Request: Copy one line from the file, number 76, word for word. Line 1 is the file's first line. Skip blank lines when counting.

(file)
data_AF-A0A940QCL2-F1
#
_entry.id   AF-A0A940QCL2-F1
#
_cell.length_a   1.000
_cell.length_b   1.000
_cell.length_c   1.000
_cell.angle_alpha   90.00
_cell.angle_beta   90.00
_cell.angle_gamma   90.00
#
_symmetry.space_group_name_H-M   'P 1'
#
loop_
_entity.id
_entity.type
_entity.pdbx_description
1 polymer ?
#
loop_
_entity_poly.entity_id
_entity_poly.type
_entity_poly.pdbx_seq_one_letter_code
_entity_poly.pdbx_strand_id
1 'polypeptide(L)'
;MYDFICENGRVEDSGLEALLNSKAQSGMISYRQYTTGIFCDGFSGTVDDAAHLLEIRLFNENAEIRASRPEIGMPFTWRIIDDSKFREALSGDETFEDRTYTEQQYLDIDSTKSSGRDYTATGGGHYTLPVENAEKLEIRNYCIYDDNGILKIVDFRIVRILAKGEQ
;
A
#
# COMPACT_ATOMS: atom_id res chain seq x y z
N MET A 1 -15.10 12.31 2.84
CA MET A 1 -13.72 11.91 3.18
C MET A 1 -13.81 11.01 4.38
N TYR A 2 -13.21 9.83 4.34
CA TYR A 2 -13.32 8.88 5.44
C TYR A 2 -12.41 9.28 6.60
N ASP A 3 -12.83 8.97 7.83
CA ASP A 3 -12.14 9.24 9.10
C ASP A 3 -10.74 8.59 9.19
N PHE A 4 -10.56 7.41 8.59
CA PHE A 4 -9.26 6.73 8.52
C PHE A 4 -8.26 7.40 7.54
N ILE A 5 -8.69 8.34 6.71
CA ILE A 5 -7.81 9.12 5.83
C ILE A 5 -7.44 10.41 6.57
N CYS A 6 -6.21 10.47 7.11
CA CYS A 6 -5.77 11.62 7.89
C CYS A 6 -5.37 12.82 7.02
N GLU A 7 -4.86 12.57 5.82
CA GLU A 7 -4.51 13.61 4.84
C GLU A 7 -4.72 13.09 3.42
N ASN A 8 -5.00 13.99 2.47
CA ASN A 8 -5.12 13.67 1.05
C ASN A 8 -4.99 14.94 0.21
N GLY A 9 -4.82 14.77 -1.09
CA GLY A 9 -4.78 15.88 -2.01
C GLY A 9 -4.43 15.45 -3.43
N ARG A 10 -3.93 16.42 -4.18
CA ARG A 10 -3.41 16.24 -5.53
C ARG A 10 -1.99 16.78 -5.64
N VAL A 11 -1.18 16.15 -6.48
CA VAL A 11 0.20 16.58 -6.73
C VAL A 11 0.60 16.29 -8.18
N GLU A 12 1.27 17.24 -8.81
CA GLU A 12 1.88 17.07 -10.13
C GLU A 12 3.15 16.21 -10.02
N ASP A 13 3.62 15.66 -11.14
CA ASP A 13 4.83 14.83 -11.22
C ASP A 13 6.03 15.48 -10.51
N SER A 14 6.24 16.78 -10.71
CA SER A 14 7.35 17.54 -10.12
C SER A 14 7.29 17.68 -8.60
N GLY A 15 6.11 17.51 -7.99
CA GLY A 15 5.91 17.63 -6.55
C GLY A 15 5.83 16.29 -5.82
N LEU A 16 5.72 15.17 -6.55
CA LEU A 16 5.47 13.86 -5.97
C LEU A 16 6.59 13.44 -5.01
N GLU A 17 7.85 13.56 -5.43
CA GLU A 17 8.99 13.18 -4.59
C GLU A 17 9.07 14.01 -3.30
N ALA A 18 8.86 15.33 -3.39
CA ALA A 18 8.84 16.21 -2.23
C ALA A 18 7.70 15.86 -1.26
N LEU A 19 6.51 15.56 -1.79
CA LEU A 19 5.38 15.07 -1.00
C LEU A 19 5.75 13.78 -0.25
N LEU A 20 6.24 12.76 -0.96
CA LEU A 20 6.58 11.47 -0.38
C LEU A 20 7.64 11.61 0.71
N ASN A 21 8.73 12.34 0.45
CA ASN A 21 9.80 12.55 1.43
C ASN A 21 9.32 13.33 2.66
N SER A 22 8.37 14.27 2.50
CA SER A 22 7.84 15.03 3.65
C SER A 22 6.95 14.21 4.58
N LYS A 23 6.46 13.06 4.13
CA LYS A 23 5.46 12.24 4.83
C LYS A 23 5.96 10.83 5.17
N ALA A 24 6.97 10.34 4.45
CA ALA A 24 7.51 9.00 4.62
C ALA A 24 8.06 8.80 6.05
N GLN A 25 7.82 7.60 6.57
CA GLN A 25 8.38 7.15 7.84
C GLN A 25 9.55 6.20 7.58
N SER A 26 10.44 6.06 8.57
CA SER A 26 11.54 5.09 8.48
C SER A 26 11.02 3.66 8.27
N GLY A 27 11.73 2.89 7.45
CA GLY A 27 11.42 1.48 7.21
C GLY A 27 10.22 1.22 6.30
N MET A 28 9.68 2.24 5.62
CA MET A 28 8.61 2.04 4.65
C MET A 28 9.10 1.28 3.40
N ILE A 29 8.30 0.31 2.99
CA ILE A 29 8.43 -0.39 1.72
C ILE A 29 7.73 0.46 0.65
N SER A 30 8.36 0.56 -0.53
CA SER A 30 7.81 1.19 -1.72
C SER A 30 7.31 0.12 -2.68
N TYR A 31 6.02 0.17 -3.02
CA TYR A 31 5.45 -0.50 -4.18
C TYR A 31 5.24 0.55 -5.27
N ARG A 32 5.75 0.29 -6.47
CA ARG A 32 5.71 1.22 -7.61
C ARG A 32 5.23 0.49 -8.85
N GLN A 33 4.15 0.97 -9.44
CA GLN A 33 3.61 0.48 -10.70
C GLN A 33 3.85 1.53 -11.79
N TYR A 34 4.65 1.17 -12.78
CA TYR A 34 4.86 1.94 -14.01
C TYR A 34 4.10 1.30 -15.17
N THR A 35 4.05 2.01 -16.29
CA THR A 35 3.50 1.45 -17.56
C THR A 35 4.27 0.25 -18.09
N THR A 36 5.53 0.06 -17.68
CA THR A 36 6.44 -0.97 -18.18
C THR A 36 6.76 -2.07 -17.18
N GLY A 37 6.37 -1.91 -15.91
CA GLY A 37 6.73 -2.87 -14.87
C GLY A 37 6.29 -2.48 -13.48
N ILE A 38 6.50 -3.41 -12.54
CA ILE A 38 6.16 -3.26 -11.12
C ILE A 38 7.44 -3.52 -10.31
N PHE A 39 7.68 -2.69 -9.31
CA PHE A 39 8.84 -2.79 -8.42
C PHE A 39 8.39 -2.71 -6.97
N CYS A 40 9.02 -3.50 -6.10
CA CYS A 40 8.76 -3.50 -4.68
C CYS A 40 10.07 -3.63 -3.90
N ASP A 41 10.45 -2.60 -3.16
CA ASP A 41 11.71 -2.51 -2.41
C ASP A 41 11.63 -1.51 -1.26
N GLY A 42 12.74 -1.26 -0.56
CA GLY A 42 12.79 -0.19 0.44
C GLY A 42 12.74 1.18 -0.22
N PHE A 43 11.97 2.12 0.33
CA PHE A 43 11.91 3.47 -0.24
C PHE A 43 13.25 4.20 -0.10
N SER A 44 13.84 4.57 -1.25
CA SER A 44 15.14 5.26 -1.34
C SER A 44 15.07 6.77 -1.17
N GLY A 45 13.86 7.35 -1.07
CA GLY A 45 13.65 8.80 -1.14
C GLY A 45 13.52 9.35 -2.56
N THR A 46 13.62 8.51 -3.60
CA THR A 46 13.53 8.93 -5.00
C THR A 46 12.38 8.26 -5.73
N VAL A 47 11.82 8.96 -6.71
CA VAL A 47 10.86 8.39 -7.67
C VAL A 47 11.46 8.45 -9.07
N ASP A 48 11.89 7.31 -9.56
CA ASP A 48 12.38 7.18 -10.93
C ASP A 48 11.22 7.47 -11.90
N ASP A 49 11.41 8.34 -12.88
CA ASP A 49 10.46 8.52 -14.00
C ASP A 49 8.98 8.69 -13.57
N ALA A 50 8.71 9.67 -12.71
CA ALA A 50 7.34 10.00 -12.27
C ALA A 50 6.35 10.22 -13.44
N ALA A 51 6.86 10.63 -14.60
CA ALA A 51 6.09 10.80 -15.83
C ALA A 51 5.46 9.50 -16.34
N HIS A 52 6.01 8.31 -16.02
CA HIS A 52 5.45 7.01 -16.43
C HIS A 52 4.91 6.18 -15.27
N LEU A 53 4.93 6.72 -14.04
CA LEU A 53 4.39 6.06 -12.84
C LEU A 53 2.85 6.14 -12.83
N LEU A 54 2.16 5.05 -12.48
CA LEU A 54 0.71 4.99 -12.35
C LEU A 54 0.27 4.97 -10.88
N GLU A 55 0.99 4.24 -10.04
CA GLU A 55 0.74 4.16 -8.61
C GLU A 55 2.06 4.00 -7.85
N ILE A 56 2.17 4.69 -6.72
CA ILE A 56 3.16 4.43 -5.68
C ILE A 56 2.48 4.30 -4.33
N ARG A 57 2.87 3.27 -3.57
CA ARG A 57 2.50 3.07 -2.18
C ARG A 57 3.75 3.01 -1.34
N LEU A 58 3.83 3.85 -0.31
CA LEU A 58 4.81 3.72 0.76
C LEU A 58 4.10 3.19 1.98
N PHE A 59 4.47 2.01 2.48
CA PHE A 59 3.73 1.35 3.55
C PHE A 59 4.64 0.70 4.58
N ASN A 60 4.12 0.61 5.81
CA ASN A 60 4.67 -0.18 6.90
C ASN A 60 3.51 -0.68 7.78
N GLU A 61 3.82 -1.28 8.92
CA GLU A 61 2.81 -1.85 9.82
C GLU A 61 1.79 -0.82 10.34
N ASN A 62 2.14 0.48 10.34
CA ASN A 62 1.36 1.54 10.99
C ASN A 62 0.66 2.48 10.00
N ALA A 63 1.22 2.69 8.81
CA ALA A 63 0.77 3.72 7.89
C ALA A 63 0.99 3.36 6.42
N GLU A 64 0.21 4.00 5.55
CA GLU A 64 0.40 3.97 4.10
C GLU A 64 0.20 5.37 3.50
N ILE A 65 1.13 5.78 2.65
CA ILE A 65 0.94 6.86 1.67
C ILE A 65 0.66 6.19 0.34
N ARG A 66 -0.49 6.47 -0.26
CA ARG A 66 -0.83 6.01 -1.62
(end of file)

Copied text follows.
N LEU A 16 5.72 15.17 -6.55